It gives a good explanation on why the Cleveland motor has different requirements than the "normal" in-line valve train.
No engine produces 100% VE. The article assumes that the exhaust is also capable of handling the maximum flow. Most street exhausts are compromised.
The article also only addresses VE at max rpm. That is only parameter of engine performance.
Torque is probably most important in a vehicle's performance, and maximum ve is not a good overall indicator of torque capability.
There is no "free lunch": every advantage is "paid for" somewhere, and the 4V Cleveland's extraordinary high rpm flow capabilities is somewhat offset by the mediocre low rpm torque production.
It is well known that a 2V Cleveland with aftermarket 4 barell intake and carb will generally outperform a 4V Cleveland on the street.
Off-idle torque is much stronger on a 2V vs a 4V.

1/4 mile and racetrack use? Different story altogether.
I was always taught naturally aspirated motors won't achieve 100% VE. I don't know any more and I tend to believe the article. I have seen this same information in three sources. The others being a Holley supertuning and rebuilding manual and Edelbrock's tech section of their website. Edelbrock doesn't go into details but gives a range of percentage values by which a carb size should be increased over the calculated required size. Edelbrock's high end of the range seems a bit high, even to me. But the point would be Edelbrock also recommends carbs slightly larger than the calculated requirement.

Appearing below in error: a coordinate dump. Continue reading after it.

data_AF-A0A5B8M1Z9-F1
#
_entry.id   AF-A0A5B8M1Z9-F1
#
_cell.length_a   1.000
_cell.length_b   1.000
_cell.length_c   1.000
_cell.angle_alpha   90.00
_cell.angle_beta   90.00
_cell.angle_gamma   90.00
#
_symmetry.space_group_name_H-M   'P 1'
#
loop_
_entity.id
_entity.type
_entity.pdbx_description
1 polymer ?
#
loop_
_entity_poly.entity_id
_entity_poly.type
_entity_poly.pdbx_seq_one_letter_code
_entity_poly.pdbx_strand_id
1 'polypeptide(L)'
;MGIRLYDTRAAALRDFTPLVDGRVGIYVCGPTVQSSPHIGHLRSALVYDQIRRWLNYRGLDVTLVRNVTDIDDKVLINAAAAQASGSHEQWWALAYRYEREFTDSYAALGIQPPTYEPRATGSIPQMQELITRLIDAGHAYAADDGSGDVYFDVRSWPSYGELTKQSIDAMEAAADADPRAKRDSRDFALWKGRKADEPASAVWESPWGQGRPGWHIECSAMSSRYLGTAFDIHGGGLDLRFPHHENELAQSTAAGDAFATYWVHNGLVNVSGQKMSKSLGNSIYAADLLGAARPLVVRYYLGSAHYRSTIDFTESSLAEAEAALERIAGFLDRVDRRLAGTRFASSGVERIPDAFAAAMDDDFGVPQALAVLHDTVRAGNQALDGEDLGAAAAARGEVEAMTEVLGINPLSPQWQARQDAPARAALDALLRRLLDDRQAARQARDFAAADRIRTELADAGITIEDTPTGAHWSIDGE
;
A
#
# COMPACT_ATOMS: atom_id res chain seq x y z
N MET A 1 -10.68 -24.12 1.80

I thinks the article discussed using carbs with annular boosters to help recover low RPM performance with larger carbs. I have only used one carb with annular boosters and I will say there is a noticeable improvement in performance throughout the RPM range.

I guess in the end, you really need to consider more than apply the simple mathematical formula that calculates the CFM requirements for your application.